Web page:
A food blogger in Taiwan was recently fined $7,000 and sentenced to two years probation for a negative food review in Taichung and the owner successfully sued her for defamation. The move leaves me wondering just what the future of Taiwanese food blogging will be if negative reviews are grounds for litigation.
The allegations made against the blogger, only identified as Liu (劉) actually appealed a previous ruling from the Taichung District Court sentencing her to 30 days in prison. The court found a comment about cockroaches in the restaurant not to be slander, but that a comment the food was too salty was a mistake because the blogger only tried one dish. The $7,000 fine was for what the owner claimed was lost wages. More frightening is that the lawsuit seems to have begun a precedent.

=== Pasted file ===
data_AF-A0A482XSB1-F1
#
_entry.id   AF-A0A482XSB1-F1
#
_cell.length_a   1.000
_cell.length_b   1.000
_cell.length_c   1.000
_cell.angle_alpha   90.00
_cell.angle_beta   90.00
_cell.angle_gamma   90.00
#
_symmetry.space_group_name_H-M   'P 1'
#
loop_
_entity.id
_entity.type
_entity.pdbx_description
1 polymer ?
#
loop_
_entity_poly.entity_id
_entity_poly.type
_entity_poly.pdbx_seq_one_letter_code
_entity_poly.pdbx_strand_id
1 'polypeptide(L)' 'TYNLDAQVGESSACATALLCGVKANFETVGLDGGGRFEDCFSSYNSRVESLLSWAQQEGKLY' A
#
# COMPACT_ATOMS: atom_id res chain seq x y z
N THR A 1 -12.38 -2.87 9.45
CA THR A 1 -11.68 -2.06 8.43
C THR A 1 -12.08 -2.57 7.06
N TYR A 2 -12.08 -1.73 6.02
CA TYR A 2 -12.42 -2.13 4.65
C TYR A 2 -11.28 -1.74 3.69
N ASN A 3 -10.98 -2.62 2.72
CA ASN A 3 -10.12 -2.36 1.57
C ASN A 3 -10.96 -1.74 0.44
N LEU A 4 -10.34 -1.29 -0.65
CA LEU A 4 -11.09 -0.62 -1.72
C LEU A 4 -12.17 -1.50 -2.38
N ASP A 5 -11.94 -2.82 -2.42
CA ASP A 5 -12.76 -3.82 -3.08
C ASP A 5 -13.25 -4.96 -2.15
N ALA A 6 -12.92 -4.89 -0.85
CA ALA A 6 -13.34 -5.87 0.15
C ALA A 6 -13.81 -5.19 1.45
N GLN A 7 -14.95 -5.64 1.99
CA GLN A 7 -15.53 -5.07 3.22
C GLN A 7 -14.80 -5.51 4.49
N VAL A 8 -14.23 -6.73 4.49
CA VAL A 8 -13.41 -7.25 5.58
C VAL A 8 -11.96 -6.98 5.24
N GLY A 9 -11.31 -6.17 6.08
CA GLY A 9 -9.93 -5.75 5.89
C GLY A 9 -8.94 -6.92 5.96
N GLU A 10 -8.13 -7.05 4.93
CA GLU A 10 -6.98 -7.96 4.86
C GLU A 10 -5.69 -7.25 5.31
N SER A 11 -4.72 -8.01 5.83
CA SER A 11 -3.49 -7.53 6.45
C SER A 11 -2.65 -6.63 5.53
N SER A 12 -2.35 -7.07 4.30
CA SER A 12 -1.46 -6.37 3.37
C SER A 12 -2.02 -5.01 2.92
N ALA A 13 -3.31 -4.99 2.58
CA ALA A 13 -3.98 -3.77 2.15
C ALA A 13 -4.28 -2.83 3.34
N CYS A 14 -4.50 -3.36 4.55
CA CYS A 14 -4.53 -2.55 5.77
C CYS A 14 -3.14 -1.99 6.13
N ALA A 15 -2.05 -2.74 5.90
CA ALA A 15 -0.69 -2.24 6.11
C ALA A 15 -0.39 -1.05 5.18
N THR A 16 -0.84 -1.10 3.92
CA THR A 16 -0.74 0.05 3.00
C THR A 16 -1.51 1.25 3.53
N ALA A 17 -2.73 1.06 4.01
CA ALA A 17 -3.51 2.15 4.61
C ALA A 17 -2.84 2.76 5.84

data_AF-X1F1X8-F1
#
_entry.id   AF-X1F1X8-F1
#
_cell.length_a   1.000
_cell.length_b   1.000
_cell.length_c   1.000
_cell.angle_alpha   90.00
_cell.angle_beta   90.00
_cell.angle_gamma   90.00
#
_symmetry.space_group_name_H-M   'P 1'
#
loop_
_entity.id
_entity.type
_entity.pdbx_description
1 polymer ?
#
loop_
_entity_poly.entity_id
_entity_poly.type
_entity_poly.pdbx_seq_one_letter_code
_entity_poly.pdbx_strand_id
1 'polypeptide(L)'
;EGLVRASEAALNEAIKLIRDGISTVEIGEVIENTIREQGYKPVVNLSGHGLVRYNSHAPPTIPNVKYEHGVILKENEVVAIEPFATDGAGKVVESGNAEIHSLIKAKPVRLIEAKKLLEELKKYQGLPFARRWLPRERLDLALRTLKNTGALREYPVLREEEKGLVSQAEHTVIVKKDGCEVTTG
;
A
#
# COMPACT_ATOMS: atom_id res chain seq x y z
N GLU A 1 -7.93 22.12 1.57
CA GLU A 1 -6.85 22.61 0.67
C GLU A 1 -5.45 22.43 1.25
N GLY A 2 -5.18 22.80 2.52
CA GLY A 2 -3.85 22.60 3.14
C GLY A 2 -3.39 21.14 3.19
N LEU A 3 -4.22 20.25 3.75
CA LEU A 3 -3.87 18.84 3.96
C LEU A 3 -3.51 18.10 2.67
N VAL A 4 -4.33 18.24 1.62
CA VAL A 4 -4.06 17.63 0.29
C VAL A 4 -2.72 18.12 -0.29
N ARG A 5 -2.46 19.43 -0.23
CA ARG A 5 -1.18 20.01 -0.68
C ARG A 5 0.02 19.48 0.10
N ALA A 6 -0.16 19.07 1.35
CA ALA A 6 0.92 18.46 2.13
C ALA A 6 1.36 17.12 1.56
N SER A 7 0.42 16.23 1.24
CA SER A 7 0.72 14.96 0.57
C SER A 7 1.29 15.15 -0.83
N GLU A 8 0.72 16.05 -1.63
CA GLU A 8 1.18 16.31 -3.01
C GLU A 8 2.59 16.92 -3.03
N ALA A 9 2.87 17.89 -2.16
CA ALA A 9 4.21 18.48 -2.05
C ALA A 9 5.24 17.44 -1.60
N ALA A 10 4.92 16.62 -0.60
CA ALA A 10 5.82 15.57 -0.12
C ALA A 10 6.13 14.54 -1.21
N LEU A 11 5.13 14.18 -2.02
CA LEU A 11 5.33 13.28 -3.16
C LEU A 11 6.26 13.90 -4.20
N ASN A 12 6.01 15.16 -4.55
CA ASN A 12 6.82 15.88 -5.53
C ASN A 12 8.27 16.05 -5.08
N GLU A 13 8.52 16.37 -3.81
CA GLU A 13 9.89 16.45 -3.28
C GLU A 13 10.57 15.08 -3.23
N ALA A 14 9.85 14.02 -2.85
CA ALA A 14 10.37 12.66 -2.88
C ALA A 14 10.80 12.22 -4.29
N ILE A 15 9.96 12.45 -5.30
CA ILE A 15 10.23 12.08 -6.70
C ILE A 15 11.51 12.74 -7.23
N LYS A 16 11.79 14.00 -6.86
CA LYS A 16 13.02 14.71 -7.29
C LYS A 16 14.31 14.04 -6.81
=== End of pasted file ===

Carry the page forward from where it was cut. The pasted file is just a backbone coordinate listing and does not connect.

Commenters have disparaged Taiwan for trying to silence the voice of a critic. To be fair though, Taiwan’s freedom of expression is generally good. In fact, watchdog organization FreedomHouse.org rates Taiwan relatively well in terms of freedom of expression. It’s not as free as the United States, but it’s relatively close.
At the same time though, a number of incidents concerning to places like Freedom House, such as 2008 clashes between police and protesters over the visit of a Chinese envoy, and more recent shuffling of public television executives. In fact, concerns have recently arisen that freedoms in Taiwan have recently been eroded, especially for bloggers and the press.
This decision is a severe black eye for Taiwan. Food critics, like any other critic, should be open to express reasonable criticism without fear of retribution. It is of utmost importance that said critics be given space to give an impartial criticism, and it is ultimately for the benefit of all parties that such criticism be allowed. In the end, criticism such as this can benefit everyone, so long as owners take the criticism and use it to better themselves.
Another Food Critic stands behind Liu and her review.